Breaking Down Mass Incarceration in the 2010 Census: State-by-State Incarceration Rates by Race/Ethnicity
Date:  09-23-2019

The Census Bureau's data in this report is useful starting point for evaluations of the disparate impacts of criminal justice policy decisions
From Prison Policy Initiative:

Overview

Over the last four decades, the United States has undertaken a national project of over criminalization that has put more than two million people behind bars at any given time, and brought the U.S. incarceration rate far beyond that of any other nation in the world. A closer look at which communities are most heavily impacted by mass incarceration reveals stark racial and ethnic disparities in U.S. incarceration rates in every region of the country. Nationally, according to the U.S. Census, Blacks are incarcerated five times more than Whites are, and Hispanics are nearly twice as likely to be incarcerated as Whites.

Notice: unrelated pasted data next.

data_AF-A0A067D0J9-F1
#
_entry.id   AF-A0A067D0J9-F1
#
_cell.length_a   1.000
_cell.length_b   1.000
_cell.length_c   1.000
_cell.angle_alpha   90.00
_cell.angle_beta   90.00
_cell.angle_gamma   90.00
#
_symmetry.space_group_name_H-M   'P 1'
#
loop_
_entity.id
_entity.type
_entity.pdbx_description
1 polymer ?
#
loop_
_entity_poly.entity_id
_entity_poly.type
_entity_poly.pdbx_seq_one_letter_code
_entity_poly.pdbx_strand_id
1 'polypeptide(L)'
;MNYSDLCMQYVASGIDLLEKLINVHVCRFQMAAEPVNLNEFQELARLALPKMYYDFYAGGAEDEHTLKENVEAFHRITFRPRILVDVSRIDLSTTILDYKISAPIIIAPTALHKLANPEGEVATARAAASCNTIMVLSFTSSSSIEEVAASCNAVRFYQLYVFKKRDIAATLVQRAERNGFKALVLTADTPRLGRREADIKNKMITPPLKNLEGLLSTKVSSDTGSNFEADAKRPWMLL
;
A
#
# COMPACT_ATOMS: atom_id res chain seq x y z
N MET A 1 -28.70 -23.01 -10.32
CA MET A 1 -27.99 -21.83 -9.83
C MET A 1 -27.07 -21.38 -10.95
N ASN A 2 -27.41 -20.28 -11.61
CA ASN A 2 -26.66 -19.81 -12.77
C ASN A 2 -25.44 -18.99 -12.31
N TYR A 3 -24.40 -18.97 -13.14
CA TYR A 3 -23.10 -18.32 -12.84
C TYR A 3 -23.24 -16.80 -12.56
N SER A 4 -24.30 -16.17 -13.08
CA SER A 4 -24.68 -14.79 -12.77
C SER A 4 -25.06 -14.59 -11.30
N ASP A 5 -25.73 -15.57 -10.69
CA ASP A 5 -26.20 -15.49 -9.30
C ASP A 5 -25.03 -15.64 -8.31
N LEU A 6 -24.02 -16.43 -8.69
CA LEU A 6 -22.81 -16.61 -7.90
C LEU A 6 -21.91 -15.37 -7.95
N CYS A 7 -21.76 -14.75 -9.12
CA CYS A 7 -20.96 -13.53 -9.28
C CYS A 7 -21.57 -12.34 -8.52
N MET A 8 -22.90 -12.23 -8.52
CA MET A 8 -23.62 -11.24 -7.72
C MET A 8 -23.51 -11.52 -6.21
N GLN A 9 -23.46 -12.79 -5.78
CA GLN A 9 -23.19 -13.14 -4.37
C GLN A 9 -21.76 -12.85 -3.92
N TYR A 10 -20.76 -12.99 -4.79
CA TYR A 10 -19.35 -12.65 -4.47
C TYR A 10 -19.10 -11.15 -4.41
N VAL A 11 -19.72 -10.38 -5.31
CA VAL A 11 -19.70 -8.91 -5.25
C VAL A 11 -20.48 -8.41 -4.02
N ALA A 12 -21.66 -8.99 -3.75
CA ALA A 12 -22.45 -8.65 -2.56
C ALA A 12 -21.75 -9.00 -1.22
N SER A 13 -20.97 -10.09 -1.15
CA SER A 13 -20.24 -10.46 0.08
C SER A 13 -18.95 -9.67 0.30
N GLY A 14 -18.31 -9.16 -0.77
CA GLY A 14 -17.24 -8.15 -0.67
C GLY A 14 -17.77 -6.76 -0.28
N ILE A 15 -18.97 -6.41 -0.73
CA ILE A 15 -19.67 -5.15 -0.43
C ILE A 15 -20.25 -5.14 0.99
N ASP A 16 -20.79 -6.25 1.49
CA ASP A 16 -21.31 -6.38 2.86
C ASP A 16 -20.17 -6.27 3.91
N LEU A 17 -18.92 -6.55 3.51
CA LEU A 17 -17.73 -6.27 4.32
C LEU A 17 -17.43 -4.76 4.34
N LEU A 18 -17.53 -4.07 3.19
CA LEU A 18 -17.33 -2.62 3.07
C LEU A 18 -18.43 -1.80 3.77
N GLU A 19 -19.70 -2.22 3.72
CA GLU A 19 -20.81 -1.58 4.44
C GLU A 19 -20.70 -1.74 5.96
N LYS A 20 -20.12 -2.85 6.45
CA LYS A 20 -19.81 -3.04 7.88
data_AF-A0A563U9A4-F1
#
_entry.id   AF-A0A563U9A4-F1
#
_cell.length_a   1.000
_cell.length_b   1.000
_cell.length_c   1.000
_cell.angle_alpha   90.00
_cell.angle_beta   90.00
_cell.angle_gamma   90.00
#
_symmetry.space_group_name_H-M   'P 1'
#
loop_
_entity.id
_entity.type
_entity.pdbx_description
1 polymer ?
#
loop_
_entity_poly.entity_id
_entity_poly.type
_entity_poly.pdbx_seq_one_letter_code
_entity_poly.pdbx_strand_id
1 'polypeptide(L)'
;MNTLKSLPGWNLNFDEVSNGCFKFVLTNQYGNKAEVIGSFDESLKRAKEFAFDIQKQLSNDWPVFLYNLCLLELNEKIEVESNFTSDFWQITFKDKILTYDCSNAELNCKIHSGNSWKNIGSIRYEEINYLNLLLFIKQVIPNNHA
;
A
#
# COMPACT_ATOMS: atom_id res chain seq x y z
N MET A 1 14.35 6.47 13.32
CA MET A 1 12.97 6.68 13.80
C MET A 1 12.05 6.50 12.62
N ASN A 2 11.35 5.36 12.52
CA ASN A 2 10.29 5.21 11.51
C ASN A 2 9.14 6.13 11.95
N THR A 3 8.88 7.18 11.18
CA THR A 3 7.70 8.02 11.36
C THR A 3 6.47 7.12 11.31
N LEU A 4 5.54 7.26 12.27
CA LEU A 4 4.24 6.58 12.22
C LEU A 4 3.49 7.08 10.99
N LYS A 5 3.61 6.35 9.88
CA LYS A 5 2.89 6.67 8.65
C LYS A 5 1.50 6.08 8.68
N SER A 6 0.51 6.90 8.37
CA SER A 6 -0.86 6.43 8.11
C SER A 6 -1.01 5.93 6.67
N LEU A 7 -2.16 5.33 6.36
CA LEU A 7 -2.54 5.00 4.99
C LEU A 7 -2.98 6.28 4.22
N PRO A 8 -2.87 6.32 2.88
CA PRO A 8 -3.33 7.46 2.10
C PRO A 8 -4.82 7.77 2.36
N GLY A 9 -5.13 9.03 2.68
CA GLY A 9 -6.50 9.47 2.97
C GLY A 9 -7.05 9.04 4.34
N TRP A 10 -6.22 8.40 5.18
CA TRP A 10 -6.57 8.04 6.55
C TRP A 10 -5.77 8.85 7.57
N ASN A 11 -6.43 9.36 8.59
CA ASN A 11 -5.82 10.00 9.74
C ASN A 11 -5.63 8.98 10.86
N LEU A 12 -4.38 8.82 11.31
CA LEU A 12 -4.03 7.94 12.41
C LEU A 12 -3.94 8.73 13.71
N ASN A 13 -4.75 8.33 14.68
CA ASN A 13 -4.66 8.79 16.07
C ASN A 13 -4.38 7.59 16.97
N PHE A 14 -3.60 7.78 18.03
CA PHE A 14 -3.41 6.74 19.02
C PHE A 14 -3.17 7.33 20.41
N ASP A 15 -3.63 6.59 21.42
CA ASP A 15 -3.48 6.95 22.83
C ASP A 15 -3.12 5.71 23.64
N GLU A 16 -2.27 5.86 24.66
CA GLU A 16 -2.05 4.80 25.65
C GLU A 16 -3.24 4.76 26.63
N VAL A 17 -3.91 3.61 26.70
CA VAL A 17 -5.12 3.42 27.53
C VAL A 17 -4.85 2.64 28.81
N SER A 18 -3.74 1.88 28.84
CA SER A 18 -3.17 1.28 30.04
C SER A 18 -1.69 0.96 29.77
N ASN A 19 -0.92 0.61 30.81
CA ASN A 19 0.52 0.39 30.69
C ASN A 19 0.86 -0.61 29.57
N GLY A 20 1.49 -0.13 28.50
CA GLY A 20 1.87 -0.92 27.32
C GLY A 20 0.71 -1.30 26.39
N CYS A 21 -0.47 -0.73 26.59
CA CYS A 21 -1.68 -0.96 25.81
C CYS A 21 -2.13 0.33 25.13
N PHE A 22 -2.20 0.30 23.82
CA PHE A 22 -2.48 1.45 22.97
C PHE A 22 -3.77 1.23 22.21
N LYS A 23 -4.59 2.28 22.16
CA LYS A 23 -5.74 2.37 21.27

Social science research has time and again come to the robust conclusion that exposure to the criminal justice system has profound and intergenerational negative effects on communities that experience disproportionate incarceration rates. It is imperative that we are able to measure the extent to which the criminal justice system disparately impacts our communities. Continue reading >>>